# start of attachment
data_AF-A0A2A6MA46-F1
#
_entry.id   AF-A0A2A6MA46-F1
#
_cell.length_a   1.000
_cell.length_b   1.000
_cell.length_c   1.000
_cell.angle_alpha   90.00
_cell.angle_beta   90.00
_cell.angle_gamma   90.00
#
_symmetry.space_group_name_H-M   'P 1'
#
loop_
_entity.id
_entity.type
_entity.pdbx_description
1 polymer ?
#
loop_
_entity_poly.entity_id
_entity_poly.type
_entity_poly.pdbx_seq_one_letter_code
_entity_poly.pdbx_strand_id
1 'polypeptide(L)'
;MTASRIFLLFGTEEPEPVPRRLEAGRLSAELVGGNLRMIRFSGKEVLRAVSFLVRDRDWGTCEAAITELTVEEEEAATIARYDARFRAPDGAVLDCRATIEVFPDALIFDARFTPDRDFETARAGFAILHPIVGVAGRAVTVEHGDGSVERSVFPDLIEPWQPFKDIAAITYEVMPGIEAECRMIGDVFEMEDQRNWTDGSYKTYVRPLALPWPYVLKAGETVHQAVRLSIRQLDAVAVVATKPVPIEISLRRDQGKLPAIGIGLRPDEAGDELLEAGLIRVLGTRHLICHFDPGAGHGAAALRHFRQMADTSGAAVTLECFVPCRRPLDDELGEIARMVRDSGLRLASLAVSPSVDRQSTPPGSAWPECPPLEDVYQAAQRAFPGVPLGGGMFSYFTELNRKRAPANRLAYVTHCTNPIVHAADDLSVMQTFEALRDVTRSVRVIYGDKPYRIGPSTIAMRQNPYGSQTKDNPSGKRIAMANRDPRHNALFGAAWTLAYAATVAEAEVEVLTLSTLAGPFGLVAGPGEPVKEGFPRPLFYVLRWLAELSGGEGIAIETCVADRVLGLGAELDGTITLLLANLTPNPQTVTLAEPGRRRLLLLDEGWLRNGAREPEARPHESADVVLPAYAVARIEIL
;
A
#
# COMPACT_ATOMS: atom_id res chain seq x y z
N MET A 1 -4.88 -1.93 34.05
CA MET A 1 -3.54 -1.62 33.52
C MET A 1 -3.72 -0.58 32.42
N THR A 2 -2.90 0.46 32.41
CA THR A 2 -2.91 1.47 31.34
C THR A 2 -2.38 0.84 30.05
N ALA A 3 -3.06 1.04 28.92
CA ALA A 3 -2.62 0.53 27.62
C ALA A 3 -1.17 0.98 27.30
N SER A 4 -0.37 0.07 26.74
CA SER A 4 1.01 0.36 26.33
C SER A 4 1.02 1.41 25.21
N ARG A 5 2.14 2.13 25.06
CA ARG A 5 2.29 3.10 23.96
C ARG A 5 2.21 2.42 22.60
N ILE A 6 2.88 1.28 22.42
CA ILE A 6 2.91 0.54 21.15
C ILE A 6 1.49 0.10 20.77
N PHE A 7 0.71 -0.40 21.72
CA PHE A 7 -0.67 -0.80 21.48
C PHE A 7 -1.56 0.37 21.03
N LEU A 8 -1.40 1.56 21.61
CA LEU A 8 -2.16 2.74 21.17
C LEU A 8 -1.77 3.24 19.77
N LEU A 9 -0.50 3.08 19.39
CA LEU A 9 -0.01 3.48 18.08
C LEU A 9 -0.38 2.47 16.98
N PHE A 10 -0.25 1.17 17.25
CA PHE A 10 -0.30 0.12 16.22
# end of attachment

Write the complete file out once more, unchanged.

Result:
data_AF-A0A2A6MA46-F1
#
_entry.id   AF-A0A2A6MA46-F1
#
_cell.length_a   1.000
_cell.length_b   1.000
_cell.length_c   1.000
_cell.angle_alpha   90.00
_cell.angle_beta   90.00
_cell.angle_gamma   90.00
#
_symmetry.space_group_name_H-M   'P 1'
#
loop_
_entity.id
_entity.type
_entity.pdbx_description
1 polymer ?
#
loop_
_entity_poly.entity_id
_entity_poly.type
_entity_poly.pdbx_seq_one_letter_code
_entity_poly.pdbx_strand_id
1 'polypeptide(L)'
;MTASRIFLLFGTEEPEPVPRRLEAGRLSAELVGGNLRMIRFSGKEVLRAVSFLVRDRDWGTCEAAITELTVEEEEAATIARYDARFRAPDGAVLDCRATIEVFPDALIFDARFTPDRDFETARAGFAILHPIVGVAGRAVTVEHGDGSVERSVFPDLIEPWQPFKDIAAITYEVMPGIEAECRMIGDVFEMEDQRNWTDGSYKTYVRPLALPWPYVLKAGETVHQAVRLSIRQLDAVAVVATKPVPIEISLRRDQGKLPAIGIGLRPDEAGDELLEAGLIRVLGTRHLICHFDPGAGHGAAALRHFRQMADTSGAAVTLECFVPCRRPLDDELGEIARMVRDSGLRLASLAVSPSVDRQSTPPGSAWPECPPLEDVYQAAQRAFPGVPLGGGMFSYFTELNRKRAPANRLAYVTHCTNPIVHAADDLSVMQTFEALRDVTRSVRVIYGDKPYRIGPSTIAMRQNPYGSQTKDNPSGKRIAMANRDPRHNALFGAAWTLAYAATVAEAEVEVLTLSTLAGPFGLVAGPGEPVKEGFPRPLFYVLRWLAELSGGEGIAIETCVADRVLGLGAELDGTITLLLANLTPNPQTVTLAEPGRRRLLLLDEGWLRNGAREPEARPHESADVVLPAYAVARIEIL
;
A
#
# COMPACT_ATOMS: atom_id res chain seq x y z
N MET A 1 -4.88 -1.93 34.05
CA MET A 1 -3.54 -1.62 33.52
C MET A 1 -3.72 -0.58 32.42
N THR A 2 -2.90 0.46 32.41
CA THR A 2 -2.91 1.47 31.34
C THR A 2 -2.38 0.84 30.05
N ALA A 3 -3.06 1.04 28.92
CA ALA A 3 -2.62 0.53 27.62
C ALA A 3 -1.17 0.98 27.30
N SER A 4 -0.37 0.07 26.74
CA SER A 4 1.01 0.36 26.33
C SER A 4 1.02 1.41 25.21
N ARG A 5 2.14 2.13 25.06
CA ARG A 5 2.29 3.10 23.96
C ARG A 5 2.21 2.42 22.60
N ILE A 6 2.88 1.28 22.42
CA ILE A 6 2.91 0.54 21.15
C ILE A 6 1.49 0.10 20.77
N PHE A 7 0.71 -0.40 21.72
CA PHE A 7 -0.67 -0.80 21.48
C PHE A 7 -1.56 0.37 21.03
N LEU A 8 -1.40 1.56 21.61
CA LEU A 8 -2.16 2.74 21.17
C LEU A 8 -1.77 3.24 19.77
N LEU A 9 -0.50 3.08 19.39
CA LEU A 9 -0.01 3.48 18.08
C LEU A 9 -0.38 2.47 16.98
N PHE A 10 -0.25 1.17 17.25
CA PHE A 10 -0.30 0.12 16.22